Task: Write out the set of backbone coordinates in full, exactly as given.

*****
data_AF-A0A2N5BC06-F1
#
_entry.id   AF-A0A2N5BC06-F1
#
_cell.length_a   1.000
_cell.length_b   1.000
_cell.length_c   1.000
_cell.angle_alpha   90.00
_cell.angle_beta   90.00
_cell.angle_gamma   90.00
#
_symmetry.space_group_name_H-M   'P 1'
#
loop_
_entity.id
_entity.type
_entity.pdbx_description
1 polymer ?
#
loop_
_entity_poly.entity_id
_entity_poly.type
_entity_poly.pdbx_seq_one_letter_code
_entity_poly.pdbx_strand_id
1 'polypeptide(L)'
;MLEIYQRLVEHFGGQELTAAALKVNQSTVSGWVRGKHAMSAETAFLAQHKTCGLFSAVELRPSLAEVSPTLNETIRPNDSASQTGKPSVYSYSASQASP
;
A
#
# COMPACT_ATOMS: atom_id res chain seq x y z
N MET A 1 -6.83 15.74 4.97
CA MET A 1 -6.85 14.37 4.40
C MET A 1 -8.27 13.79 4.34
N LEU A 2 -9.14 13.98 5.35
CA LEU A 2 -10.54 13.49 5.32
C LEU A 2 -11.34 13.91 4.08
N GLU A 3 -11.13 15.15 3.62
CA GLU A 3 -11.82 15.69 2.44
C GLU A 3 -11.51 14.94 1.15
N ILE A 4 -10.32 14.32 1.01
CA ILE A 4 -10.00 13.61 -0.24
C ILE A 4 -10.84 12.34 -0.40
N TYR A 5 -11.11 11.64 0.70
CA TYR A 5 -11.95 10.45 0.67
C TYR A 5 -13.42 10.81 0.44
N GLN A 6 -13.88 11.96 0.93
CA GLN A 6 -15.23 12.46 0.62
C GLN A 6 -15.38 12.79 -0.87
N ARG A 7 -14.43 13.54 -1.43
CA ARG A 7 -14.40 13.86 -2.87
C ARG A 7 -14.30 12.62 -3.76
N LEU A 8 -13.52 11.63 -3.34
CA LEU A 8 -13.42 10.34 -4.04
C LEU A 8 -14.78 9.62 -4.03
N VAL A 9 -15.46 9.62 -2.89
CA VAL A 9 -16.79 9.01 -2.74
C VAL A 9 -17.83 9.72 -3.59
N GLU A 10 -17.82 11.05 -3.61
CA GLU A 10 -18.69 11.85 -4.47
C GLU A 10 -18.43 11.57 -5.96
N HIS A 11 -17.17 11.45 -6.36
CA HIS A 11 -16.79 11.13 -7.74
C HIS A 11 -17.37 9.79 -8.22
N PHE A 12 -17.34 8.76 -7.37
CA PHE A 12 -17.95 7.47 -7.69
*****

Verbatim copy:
data_AF-A0A2N5BC06-F1
#
_entry.id   AF-A0A2N5BC06-F1
#
_cell.length_a   1.000
_cell.length_b   1.000
_cell.length_c   1.000
_cell.angle_alpha   90.00
_cell.angle_beta   90.00
_cell.angle_gamma   90.00
#
_symmetry.space_group_name_H-M   'P 1'
#
loop_
_entity.id
_entity.type
_entity.pdbx_description
1 polymer ?
#
loop_
_entity_poly.entity_id
_entity_poly.type
_entity_poly.pdbx_seq_one_letter_code
_entity_poly.pdbx_strand_id
1 'polypeptide(L)'
;MLEIYQRLVEHFGGQELTAAALKVNQSTVSGWVRGKHAMSAETAFLAQHKTCGLFSAVELRPSLAEVSPTLNETIRPNDSASQTGKPSVYSYSASQASP
;
A
#
# COMPACT_ATOMS: atom_id res chain seq x y z
N MET A 1 -6.83 15.74 4.97
CA MET A 1 -6.85 14.37 4.40
C MET A 1 -8.27 13.79 4.34
N LEU A 2 -9.14 13.98 5.35
CA LEU A 2 -10.54 13.49 5.32
C LEU A 2 -11.34 13.91 4.08
N GLU A 3 -11.13 15.15 3.62
CA GLU A 3 -11.82 15.69 2.44
C GLU A 3 -11.51 14.94 1.15
N ILE A 4 -10.32 14.32 1.01
CA ILE A 4 -10.00 13.61 -0.24
C ILE A 4 -10.84 12.34 -0.40
N TYR A 5 -11.11 11.64 0.70
CA TYR A 5 -11.95 10.45 0.67
C TYR A 5 -13.42 10.81 0.44
N GLN A 6 -13.88 11.96 0.93
CA GLN A 6 -15.23 12.46 0.62
C GLN A 6 -15.38 12.79 -0.87
N ARG A 7 -14.43 13.54 -1.43
CA ARG A 7 -14.40 13.86 -2.87
C ARG A 7 -14.30 12.62 -3.76
N LEU A 8 -13.52 11.63 -3.34
CA LEU A 8 -13.42 10.34 -4.04
C LEU A 8 -14.78 9.62 -4.03
N VAL A 9 -15.46 9.62 -2.89
CA VAL A 9 -16.79 9.01 -2.74
C VAL A 9 -17.83 9.72 -3.59
N GLU A 10 -17.82 11.05 -3.61
CA GLU A 10 -18.69 11.85 -4.47
C GLU A 10 -18.43 11.57 -5.96
N HIS A 11 -17.17 11.45 -6.36
CA HIS A 11 -16.79 11.13 -7.74
C HIS A 11 -17.37 9.79 -8.22
N PHE A 12 -17.34 8.76 -7.37
CA PHE A 12 -17.95 7.47 -7.69